3 Reasons Building And Construction Stocks Have Risen

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Includes: PKB
by: Invesco PowerShares

Summary

Infrastructure spending has been a hot topic of late, and could have important implications for building and construction stocks.

Construction spending tends to follow corporate profit growth, which appears to have bottomed.

Leading construction and building indicators have moved higher in recent months.

Improved corporate profits, new activity could be key to future performance

Posted by Nick Kalivas, Senior Equity Product Strategist on Feb 24, 2017

Infrastructure spending has been a hot topic since the November elections. Building and construction stocks have been buoyed by the outlook for infrastructure spending - most Democrats in Congress and President Donald Trump agree that additional spending is needed to improve our infrastructure. The Dynamic Building & Construction Intellidex Index rallied 17.73% between Nov. 8, 2016, and Feb. 21, 2017 - well ahead of the S&P 500 Index, which rose 11.23% during this same period.1 A cyclical recovery in the economy is also creating tailwinds for leading indicators of construction activity.

Here are three reasons I believe building and construction stocks have moved higher:

1. Corporate profits are recovering

Construction spending tends to follow the cycle of corporate profit growth, which looks to have bottomed. The chart below displays the relationship between construction spending and year-over-year growth in corporate profits, as defined by the Bureau of Economic Analysis.

The chart's data indicate that corporate profit growth tends to lead construction spending by about six quarters. Profit growth can spur corporate investment and signal healthy economic activity, which, in turn, raises government tax revenues and helps support public spending on infrastructure. Increased capital spending can also spur consumer demand for houses and apartments. The correlation between corporate profits and construction spending is not perfect, but is a significant 0.66.1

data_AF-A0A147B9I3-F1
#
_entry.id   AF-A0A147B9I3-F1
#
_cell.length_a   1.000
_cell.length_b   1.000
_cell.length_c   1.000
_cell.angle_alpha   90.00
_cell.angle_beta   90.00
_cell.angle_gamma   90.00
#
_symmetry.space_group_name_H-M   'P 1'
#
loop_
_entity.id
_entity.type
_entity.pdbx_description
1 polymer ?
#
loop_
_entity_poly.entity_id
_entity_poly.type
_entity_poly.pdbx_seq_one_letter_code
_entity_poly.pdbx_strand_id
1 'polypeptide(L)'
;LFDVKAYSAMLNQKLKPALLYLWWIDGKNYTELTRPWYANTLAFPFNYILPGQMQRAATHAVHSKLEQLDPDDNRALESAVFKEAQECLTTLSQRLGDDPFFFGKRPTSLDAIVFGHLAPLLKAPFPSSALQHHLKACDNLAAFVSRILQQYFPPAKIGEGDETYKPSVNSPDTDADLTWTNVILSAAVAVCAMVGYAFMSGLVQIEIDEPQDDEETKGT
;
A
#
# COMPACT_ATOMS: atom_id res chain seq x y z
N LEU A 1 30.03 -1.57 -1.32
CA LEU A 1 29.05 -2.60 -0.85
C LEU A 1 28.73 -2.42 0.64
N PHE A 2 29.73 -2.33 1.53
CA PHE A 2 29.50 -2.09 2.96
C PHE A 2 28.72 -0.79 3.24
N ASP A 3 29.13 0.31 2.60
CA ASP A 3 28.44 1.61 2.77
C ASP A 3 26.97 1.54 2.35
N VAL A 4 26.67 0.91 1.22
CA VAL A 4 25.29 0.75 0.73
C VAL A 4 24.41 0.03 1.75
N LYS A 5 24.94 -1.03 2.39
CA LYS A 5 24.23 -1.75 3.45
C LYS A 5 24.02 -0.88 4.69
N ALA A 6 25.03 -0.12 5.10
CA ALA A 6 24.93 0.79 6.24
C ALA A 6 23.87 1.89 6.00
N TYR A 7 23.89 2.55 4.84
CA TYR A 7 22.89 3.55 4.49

corporate profit growth tends to lead construction spending

Source: Bloomberg L.P., as of Dec. 31, 2016. Corporate profit data reported by Bureau of Economic Analysis. Data represent three-month averages.

2. Leading indicators of construction activity have turned higher

The Dodge Momentum Index tracks new construction activity in the US and includes residential and nonresidential building activity. The index tends to lead construction spending by about a quarter. The correlation between the index and construction activity is a robust 0.77.1 In recent months, the index has seen some of the most vibrant growth rates since the early 1990s, which should augur well for a pickup in construction spending over the coming months, in my view. The index level has been above 140 for four of the past five months - levels not seen since early 2006.

construction activity

Source: Bloomberg L.P., as of Jan. 31, 2017. Data represent three-month averages.

Another leading indicator of construction activity is what's known as the Architectural Billings Index. This index is based on a participant survey that asks architectural firms whether billings have increased, decreased or stayed the same in the past month. A value of over 50 indicates an expansion in billings. The survey tends to lead nonresidential construction activity by nine to 12 months.